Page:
The boisterous trumpets and bellowing drums echo up the sides of Memorial Stadium, reaching far beyond its walls and into the city of Lincoln. A hush falls over the crowd of Husker football fans as the sonnets of seasons past ring out from the field below.
Then, everything stops. The stadium is empty. No cheering fans, no players on the field, no marching band and no instruments filling the chilled autumn air. Just silence.
The coronavirus pandemic has shaken up the University of Nebraska-Lincoln’s extracurricular traditions for 2020. Now, the fate of the Cornhusker Marching Band’s upcoming season, as well as Husker football, has yet to be determined by officials.
Memorial Stadium seats 90,000 people, and home games have sold out since 1962. A full stadium would exceed the limit of 10,000 occupants for outdoor gatherings set in place by Nebraska Gov. Pete Ricketts, as well as UNL guidelines regarding social distancing and face coverings for students, faculty and staff announced by Chancellor Ronnie Green in June.
The fate of Nebraska’s beloved annual tradition hangs in the balance after the announcement from the Big Ten Conference that teams in the division will play games only within the conference this season.
But Husker fans and the team are not the only ones wondering what the future holds. The atmosphere of Husker football is owed in large part to the Cornhusker Marching Band, a 300-member ensemble that has performed arm-in-arm with the Husker football team since the beginning.
Tony Falcone, the marching band’s director, is optimistic about the future of Husker football.
“Hearing ‘There’s No Place Like Nebraska’ and ‘Hail Varsity’ ring out in Memorial Stadium will bring spirit and hope to everyone,” he said.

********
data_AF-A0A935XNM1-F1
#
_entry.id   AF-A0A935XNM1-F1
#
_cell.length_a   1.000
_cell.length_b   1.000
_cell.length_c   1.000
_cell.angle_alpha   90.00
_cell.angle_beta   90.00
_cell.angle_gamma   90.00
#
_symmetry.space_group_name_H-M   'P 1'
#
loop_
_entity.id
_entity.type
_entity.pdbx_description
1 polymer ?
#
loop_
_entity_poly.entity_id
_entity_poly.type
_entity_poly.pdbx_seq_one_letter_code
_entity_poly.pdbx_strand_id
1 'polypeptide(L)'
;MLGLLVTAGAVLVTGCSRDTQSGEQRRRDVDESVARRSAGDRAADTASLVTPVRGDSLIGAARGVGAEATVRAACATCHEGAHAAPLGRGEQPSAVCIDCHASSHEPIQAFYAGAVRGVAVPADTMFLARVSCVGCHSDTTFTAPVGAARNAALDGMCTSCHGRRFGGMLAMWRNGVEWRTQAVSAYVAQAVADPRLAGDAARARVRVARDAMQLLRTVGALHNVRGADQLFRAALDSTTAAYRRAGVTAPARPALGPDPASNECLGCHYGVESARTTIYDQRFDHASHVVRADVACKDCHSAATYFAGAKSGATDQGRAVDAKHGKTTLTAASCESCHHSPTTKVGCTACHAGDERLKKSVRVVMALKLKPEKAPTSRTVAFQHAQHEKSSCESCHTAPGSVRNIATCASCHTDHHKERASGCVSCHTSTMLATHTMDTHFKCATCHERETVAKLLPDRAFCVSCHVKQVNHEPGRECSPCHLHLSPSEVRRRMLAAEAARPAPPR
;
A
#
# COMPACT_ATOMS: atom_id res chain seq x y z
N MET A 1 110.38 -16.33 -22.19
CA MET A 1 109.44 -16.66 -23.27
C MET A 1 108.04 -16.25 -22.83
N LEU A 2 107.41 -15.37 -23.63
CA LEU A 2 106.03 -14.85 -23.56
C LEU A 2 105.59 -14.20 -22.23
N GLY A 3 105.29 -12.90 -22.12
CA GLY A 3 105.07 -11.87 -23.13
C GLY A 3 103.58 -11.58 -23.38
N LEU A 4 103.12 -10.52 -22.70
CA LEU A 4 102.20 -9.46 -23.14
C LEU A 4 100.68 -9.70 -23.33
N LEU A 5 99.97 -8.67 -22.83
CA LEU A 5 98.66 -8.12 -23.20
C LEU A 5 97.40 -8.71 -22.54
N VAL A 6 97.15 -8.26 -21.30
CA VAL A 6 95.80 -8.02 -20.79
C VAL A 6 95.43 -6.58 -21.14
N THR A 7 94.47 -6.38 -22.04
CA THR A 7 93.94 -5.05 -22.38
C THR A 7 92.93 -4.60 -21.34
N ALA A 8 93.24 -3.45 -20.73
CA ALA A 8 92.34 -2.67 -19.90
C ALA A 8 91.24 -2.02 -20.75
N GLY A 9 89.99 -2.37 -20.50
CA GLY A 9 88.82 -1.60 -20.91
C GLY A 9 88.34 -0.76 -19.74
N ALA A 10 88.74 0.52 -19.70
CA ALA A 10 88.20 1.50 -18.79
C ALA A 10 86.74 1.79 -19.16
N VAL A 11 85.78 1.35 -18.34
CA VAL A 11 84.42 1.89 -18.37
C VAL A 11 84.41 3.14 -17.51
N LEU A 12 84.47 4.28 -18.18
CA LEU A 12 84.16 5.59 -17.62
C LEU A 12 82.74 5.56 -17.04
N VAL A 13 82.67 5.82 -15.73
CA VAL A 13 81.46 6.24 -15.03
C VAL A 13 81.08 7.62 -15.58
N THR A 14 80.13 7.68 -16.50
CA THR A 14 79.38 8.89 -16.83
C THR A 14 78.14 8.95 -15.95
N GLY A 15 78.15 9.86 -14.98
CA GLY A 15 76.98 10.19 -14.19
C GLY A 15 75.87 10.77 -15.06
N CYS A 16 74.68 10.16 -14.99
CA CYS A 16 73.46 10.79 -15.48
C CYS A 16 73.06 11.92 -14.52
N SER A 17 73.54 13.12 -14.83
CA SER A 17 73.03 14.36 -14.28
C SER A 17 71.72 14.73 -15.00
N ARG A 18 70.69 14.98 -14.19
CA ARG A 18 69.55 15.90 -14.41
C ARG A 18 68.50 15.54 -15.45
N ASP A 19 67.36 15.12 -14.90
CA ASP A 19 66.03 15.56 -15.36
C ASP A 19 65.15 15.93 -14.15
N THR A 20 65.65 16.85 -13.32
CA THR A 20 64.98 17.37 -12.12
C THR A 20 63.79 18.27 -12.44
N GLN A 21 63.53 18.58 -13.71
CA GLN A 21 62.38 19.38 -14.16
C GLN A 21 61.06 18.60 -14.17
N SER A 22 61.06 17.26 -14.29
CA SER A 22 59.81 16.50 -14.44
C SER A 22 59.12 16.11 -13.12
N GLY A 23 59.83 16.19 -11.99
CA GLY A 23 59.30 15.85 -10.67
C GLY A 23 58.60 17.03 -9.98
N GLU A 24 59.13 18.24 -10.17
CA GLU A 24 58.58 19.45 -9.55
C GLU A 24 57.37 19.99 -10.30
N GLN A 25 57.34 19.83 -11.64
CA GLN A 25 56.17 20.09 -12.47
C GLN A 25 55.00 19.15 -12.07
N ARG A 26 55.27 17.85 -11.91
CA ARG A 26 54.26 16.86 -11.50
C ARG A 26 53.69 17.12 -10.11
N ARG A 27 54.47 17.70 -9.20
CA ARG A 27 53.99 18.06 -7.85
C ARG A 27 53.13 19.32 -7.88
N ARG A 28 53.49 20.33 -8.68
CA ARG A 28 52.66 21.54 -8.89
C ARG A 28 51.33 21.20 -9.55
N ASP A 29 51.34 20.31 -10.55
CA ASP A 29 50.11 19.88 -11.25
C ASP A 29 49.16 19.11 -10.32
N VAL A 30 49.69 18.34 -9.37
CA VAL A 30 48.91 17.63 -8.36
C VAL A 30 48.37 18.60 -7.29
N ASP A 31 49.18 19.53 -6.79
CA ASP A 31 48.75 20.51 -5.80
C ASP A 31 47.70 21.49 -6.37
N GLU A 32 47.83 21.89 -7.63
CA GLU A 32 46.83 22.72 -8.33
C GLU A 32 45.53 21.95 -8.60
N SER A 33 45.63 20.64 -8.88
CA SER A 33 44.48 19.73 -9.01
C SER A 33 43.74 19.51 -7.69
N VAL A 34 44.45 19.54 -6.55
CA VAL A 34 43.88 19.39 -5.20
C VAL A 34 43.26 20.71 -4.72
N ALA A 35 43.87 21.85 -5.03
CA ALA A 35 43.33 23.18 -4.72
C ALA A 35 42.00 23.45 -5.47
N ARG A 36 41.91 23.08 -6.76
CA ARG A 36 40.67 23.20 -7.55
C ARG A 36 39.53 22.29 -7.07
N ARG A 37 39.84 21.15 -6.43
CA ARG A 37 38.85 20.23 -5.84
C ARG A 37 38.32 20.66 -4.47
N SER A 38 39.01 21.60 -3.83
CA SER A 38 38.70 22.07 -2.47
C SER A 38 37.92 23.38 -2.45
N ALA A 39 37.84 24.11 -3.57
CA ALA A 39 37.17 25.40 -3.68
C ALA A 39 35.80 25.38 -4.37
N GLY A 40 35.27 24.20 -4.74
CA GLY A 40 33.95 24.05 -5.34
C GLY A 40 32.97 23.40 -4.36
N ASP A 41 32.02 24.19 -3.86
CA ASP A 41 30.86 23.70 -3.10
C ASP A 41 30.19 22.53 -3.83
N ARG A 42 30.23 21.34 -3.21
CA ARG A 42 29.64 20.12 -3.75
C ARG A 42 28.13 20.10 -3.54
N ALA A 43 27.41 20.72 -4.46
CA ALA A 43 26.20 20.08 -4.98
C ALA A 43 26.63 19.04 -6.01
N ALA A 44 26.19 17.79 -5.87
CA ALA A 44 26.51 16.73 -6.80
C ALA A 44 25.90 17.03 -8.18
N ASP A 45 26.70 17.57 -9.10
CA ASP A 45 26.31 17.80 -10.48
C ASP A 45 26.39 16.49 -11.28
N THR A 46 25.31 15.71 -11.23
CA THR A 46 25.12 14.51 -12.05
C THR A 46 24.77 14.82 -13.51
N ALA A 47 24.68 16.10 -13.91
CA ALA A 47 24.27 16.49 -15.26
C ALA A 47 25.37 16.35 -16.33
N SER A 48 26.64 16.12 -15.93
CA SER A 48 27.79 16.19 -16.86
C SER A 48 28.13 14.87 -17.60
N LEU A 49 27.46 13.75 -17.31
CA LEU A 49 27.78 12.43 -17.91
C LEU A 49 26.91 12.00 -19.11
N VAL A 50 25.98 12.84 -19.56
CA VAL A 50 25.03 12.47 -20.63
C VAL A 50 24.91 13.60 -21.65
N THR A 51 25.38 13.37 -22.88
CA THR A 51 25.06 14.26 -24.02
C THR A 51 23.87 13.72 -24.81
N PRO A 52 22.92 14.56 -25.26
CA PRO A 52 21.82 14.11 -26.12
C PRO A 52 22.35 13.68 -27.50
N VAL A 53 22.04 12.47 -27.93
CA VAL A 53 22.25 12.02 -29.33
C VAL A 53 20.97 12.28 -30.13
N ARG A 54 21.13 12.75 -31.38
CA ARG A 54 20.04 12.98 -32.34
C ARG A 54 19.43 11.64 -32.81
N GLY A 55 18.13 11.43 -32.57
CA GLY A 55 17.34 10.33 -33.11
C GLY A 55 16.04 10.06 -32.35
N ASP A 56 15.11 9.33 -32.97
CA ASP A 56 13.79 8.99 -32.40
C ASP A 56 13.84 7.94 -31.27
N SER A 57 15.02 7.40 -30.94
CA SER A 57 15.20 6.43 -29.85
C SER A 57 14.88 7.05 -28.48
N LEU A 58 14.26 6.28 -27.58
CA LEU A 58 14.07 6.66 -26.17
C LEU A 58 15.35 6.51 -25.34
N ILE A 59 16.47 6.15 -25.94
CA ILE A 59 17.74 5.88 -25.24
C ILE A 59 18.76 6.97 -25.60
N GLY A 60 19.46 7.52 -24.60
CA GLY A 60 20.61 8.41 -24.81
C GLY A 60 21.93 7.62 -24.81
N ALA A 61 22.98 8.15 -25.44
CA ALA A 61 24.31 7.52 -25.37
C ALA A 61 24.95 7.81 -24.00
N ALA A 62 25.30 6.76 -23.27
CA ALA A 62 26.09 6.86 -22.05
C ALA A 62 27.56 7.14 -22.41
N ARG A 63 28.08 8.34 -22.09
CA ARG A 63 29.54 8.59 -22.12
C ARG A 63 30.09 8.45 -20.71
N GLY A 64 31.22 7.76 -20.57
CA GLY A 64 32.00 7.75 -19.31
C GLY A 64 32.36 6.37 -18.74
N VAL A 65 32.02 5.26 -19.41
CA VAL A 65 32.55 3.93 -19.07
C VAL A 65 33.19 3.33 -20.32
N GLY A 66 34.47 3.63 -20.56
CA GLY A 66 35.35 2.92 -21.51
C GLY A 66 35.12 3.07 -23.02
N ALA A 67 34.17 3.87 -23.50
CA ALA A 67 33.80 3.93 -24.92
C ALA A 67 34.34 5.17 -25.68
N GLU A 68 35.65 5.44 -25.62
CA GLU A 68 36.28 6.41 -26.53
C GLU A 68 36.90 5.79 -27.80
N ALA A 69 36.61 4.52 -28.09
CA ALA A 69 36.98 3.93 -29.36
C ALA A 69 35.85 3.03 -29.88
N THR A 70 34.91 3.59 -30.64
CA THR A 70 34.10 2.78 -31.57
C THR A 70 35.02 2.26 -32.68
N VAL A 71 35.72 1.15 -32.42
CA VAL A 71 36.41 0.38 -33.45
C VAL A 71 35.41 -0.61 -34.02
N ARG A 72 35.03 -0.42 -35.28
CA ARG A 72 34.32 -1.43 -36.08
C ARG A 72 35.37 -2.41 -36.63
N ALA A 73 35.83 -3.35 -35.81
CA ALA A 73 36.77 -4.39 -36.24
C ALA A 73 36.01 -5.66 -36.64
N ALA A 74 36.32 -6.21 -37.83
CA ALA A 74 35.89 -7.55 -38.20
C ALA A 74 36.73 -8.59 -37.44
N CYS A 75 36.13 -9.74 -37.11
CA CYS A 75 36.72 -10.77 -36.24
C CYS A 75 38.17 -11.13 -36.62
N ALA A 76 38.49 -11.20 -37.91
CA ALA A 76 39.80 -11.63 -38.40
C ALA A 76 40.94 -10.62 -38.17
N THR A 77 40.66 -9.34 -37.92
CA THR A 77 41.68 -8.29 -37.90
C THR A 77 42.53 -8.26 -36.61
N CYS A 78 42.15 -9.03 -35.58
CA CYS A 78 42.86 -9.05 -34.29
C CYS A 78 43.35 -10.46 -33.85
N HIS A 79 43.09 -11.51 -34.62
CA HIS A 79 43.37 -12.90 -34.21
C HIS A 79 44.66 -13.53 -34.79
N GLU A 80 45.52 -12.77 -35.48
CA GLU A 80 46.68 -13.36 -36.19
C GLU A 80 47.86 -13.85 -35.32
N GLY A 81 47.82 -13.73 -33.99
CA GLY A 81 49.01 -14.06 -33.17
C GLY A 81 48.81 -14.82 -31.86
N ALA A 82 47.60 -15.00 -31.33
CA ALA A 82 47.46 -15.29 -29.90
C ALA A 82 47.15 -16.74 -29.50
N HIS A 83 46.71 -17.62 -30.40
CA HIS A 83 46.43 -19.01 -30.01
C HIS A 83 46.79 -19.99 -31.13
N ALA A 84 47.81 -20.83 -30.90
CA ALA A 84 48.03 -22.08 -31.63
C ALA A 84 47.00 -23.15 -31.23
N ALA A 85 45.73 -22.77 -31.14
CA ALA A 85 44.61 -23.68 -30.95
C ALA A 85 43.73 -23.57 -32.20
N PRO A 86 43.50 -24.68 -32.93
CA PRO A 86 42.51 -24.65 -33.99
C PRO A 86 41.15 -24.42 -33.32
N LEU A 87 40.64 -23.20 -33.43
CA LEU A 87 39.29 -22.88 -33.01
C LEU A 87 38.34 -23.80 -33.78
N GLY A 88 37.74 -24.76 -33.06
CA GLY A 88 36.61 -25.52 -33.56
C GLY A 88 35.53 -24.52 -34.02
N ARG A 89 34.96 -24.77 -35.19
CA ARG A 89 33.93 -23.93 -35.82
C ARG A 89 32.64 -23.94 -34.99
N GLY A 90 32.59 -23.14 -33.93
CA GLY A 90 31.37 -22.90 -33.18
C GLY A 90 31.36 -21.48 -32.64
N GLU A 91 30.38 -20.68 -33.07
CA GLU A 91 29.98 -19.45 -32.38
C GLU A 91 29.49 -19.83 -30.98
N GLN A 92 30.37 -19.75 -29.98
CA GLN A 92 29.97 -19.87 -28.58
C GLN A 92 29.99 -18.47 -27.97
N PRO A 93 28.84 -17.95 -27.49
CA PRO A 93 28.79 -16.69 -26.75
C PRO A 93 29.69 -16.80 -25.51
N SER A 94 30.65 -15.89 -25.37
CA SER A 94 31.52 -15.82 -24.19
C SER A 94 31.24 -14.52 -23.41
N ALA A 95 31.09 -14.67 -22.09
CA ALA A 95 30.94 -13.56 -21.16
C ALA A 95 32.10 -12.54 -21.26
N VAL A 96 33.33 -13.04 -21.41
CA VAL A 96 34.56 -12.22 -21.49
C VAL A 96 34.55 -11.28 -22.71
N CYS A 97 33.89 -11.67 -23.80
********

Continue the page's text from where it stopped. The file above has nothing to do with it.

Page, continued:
Falcone facilitated online marching band auditions in June and July, which he said went very well.
The marching band has also committed to rehearsing outdoors this fall semester to alleviate health concerns. Falcone said that, even with the outdoor rehearsals, the band will be practicing social distancing, wearing masks, washing their hands and sanitizing their instruments, shared spaces and equipment.
“They’ll be playing with masks that have a small slit cut into them that’s just big enough for the mouthpiece of the instrument to fit through,” Falcone said. “As little breath escapes as possible while playing, and the mask functions when they’re not.”
The slit is located on the pleat of the mask and closes automatically when not in use, like when the marchers are not playing. Nylon coverings are also being considered to cover brass instruments and bells while playing.
Beyond changes to the marching band’s performance procedures, the altered semester schedule has already impacted the marching band’s timetable. The Cornhusker Marching Band Exhibition, a concert held in Memorial Stadium that shows what the ensemble has been rehearsing and previews the first halftime performance, is commonly held at the end of the summer but now falls in the first week of classes.
“We’re exploring an alternative format for this event, possibly taking it online,” Falcone said. “Our season-ending Highlights Concert was scheduled on a date that is now after the end of the semester. So, we’re figuring out how that might work as well.”
According to the marching band’s official website, the shortened Husker season has limited the marching band to playing only at home games, with no travel planned for the ensemble at this time. According to the official Husker schedule, the team has four home games scheduled for the coming semester.
Regardless of the decisions made by the rest of the university, Falcone said the number of students eager to perform and display their Husker pride in the marching band has not wavered from a season without a pandemic.
“Having to explore alternate means to accomplish tasks and conduct our business has opened up new ways to do things that we can keep for the future,” Falcone said.
He said students have been very flexible and accepting of change. It is because of the students’ determination and willingness to accept whatever comes their way that the marching band has been able to get auditions and rehearsals done, he said.
“It’s our wish that we’ll have the opportunity to bring a spark of normality to what promises to be a challenging semester for everyone,” Falcone said.